“Manufacturers are rolling up their sleeves to identify ways to modernize the 23-year-old NAFTA so the United States can be competitive in today’s global economy. The jobs of 2 million American manufacturing workers depend on trade with Canada and Mexico today. It’s most important that we protect those jobs and use this opportunity to create more. NAFTA renegotiations must be focused on strengthening American competitiveness and North American trade so that manufacturers can continue to expand output and create well-paying jobs. The NAM is working closely with the Trump administration and Congress. We are explaining the impact of the current agreement on manufacturers and are providing detailed proposals on how best to reshape and improve this agreement for manufacturers and the millions of Americans they employ.”

Manufacturing Graphic July 2017

Defending Domestic Manufacturing

One of the proposals to boost U.S. manufacturing sales is the border adjustment tax (BAT), contained in the House Republicans tax blueprint, A Better Way: Our Vision for a Confident America. This destination-basis tax system would tax companies on their sales to U.S. customers while excluding foreign sales from U.S. tax entirely. This means sales of imported goods would be fully taxable while the sales of exported products would be exempt from tax. Further, the costs of goods, services and intangibles purchased from foreign parties and sold to U.S. customers would not be deductible from taxable income, as they currently are.

Take a look at the graphic above for a theoretical illustration of the BAT concept. It assumes the cost of goods sold (COGS) for products manufactured overseas is 25 percent lower than the U.S. In this scenario, the profit to the company for goods manufactured overseas is still greater than for goods manufactured domestically, though it’s slim.

This could be a game-changer for an industry that relies heavily on outsourcing production and importing raw materials to keep costs down—but has also lost increasing market share to foreign manufacturers. However, it’s worth noting that the BAT was excluded from President Trump’s outline for tax reform announced on April 26. While the proposal is not yet dead in the water, there are questions about whether it would violate the World Trade Organization’s non-discrimination rules on equal treatment of imported and domestic goods.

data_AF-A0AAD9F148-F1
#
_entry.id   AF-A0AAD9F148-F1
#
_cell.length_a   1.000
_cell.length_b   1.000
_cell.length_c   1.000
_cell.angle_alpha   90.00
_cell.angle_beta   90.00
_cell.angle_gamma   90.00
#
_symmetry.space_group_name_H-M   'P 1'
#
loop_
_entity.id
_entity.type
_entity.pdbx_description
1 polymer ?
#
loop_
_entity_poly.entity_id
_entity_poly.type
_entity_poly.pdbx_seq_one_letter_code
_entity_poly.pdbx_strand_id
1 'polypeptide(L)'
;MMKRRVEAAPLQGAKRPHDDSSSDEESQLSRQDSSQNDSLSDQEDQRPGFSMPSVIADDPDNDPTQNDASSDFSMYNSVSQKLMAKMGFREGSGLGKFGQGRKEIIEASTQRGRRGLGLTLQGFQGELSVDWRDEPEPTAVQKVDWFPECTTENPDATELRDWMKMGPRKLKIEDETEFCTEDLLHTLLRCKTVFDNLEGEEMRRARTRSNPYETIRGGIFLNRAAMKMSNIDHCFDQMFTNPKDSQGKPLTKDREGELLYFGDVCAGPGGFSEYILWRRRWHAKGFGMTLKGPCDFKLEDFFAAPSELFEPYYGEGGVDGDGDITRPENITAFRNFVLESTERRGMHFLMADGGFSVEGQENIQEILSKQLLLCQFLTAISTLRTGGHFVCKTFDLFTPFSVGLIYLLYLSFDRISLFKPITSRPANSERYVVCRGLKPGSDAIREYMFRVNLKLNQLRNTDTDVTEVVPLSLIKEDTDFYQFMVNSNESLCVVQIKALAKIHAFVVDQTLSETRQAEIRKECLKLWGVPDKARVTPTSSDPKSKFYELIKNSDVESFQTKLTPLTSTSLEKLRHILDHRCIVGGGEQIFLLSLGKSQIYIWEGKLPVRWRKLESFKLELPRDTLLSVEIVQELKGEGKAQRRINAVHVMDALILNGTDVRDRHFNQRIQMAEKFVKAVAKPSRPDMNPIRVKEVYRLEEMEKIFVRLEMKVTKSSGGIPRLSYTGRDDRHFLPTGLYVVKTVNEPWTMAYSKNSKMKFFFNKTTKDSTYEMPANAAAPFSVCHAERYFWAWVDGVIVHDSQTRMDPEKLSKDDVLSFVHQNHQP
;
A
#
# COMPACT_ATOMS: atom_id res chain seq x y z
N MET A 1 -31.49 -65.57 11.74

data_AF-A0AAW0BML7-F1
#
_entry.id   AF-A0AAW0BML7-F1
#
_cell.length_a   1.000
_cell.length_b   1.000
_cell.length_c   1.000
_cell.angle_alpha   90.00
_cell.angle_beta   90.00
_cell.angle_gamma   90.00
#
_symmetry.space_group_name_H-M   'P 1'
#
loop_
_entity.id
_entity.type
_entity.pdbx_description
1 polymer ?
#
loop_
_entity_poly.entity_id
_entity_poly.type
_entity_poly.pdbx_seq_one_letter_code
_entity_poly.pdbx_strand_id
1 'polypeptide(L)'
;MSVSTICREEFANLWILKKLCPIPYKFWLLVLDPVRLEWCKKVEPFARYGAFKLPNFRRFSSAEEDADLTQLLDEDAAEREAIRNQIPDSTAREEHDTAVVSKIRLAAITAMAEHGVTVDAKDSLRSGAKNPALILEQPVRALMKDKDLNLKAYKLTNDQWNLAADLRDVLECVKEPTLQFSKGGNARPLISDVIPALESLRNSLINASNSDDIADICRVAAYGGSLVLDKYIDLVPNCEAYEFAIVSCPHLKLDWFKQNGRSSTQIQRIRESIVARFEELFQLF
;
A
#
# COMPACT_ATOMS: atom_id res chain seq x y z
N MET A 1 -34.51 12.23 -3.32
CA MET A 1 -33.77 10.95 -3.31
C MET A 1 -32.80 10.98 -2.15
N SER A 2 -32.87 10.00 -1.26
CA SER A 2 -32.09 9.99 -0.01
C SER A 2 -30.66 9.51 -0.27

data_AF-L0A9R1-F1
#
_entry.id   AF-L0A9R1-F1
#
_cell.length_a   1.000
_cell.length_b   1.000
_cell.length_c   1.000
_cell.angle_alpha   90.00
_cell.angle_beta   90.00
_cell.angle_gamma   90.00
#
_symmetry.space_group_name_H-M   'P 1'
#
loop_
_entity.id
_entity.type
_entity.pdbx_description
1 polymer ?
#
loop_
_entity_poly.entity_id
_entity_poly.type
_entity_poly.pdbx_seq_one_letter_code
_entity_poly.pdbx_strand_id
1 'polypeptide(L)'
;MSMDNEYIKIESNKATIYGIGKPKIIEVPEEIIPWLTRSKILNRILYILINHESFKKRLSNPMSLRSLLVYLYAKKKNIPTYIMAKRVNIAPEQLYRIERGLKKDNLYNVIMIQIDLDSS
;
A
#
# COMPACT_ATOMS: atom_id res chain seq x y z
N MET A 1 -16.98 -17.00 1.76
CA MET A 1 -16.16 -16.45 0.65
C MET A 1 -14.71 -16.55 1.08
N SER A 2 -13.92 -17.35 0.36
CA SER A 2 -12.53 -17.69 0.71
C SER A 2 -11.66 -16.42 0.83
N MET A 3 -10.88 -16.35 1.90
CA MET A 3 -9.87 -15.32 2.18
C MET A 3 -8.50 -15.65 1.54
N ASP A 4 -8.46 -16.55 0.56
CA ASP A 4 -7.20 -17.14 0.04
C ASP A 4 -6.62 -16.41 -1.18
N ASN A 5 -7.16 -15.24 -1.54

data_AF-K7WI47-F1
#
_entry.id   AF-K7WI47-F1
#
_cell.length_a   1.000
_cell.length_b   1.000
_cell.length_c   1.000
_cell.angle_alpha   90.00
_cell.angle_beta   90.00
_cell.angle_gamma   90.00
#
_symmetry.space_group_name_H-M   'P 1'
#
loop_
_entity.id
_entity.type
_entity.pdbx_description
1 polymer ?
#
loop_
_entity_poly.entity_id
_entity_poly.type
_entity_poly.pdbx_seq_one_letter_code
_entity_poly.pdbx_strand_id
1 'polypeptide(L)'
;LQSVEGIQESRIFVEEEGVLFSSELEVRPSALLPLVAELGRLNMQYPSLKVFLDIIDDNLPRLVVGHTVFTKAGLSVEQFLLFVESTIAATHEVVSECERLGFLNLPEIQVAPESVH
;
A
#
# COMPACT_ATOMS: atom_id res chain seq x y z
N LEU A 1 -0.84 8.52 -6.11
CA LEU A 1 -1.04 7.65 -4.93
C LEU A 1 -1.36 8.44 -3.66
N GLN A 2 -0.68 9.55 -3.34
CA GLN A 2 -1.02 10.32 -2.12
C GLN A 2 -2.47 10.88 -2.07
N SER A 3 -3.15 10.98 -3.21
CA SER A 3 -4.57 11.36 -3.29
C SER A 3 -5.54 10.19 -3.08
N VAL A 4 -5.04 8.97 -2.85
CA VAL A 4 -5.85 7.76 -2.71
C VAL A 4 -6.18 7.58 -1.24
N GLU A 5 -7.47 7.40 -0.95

The Beginning of Trade Wars?

The sum of all these measures raises concerns about the possibility of trade wars, as nations set up retaliatory tariffs that may make American goods even more costly to export. And there’s one country the U.S. especially wants to avoid a trade war with: China, home to many major manufacturing plants and assembly lines.

According to an Oxford Economics study, China is now the third-largest destination for American goods and services, with U.S. exports to China directly and indirectly supporting 1.8 million new jobs and $165 billion in GDP in 2015. A trade war between the two countries could deal a serious blow to the global manufacturing industry. While nothing is set in stone, how President Trump approaches trade will have resounding consequences around the world.

MFA Insights

The administration’s decisions on key trade policies will have significant immediate and long-term effects on the manufacturing industry, which has long looked to foreign countries for supply chain operations, growth markets and labor. Shifting trade alliances and tax reform will cause companies to find themselves bound to new policies and regulations that may prompt massive revamps of current processes, standards and operations. Changing immigration policies will also affect how manufacturers recruit, hire and onboard talent—and whether skilled foreign workers will continue seeking employment in the U.S., or turn their hopes elsewhere.

For additional information or questions regarding the matters discussed above, please contact us today.